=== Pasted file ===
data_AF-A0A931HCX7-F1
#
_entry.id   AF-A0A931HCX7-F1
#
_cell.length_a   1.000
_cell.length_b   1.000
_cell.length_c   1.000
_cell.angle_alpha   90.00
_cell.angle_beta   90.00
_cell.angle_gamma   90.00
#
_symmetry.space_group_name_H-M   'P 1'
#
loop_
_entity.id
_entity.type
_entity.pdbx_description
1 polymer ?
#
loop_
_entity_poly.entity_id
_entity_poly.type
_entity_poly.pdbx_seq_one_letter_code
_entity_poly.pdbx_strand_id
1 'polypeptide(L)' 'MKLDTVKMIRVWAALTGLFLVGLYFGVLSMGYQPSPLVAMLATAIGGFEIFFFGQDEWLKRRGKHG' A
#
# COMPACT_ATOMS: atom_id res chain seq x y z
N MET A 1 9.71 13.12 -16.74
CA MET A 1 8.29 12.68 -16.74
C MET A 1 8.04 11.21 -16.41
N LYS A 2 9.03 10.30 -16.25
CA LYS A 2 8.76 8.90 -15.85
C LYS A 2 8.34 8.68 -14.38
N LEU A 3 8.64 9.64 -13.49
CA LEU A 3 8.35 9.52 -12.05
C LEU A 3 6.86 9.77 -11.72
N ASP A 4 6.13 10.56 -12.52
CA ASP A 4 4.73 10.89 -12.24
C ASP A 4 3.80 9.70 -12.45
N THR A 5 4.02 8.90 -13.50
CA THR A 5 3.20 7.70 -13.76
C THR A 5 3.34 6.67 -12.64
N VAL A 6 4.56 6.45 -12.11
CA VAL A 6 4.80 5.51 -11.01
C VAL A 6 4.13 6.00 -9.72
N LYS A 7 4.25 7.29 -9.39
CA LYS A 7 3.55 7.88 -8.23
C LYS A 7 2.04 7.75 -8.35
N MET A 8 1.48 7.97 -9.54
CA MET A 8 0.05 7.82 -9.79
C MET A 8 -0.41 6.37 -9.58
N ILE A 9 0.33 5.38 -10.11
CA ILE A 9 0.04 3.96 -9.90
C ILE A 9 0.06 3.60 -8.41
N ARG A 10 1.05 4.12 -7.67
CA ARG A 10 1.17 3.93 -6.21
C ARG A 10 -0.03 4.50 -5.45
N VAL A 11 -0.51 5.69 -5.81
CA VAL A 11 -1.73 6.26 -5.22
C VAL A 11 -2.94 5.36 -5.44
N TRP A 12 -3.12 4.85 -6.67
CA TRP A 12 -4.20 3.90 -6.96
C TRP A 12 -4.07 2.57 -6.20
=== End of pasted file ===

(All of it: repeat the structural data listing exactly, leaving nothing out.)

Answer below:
data_AF-A0A931HCX7-F1
#
_entry.id   AF-A0A931HCX7-F1
#
_cell.length_a   1.000
_cell.length_b   1.000
_cell.length_c   1.000
_cell.angle_alpha   90.00
_cell.angle_beta   90.00
_cell.angle_gamma   90.00
#
_symmetry.space_group_name_H-M   'P 1'
#
loop_
_entity.id
_entity.type
_entity.pdbx_description
1 polymer ?
#
loop_
_entity_poly.entity_id
_entity_poly.type
_entity_poly.pdbx_seq_one_letter_code
_entity_poly.pdbx_strand_id
1 'polypeptide(L)' 'MKLDTVKMIRVWAALTGLFLVGLYFGVLSMGYQPSPLVAMLATAIGGFEIFFFGQDEWLKRRGKHG' A
#
# COMPACT_ATOMS: atom_id res chain seq x y z
N MET A 1 9.71 13.12 -16.74
CA MET A 1 8.29 12.68 -16.74
C MET A 1 8.04 11.21 -16.41
N LYS A 2 9.03 10.30 -16.25
CA LYS A 2 8.76 8.90 -15.85
C LYS A 2 8.34 8.68 -14.38
N LEU A 3 8.64 9.64 -13.49
CA LEU A 3 8.35 9.52 -12.05
C LEU A 3 6.86 9.77 -11.72
N ASP A 4 6.13 10.56 -12.52
CA ASP A 4 4.73 10.89 -12.24
C ASP A 4 3.80 9.70 -12.45
N THR A 5 4.02 8.90 -13.50
CA THR A 5 3.20 7.70 -13.76
C THR A 5 3.34 6.67 -12.64
N VAL A 6 4.56 6.45 -12.11
CA VAL A 6 4.80 5.51 -11.01
C VAL A 6 4.13 6.00 -9.72
N LYS A 7 4.25 7.29 -9.39
CA LYS A 7 3.55 7.88 -8.23
C LYS A 7 2.04 7.75 -8.35
N MET A 8 1.48 7.97 -9.54
CA MET A 8 0.05 7.82 -9.79
C MET A 8 -0.41 6.37 -9.58
N ILE A 9 0.33 5.38 -10.11
CA ILE A 9 0.04 3.96 -9.90
C ILE A 9 0.06 3.60 -8.41
N ARG A 10 1.05 4.12 -7.67
CA ARG A 10 1.17 3.93 -6.21
C ARG A 10 -0.03 4.50 -5.45
N VAL A 11 -0.51 5.69 -5.81
CA VAL A 11 -1.73 6.26 -5.22
C VAL A 11 -2.94 5.36 -5.44
N TRP A 12 -3.12 4.85 -6.67
CA TRP A 12 -4.20 3.90 -6.96
C TRP A 12 -4.07 2.57 -6.20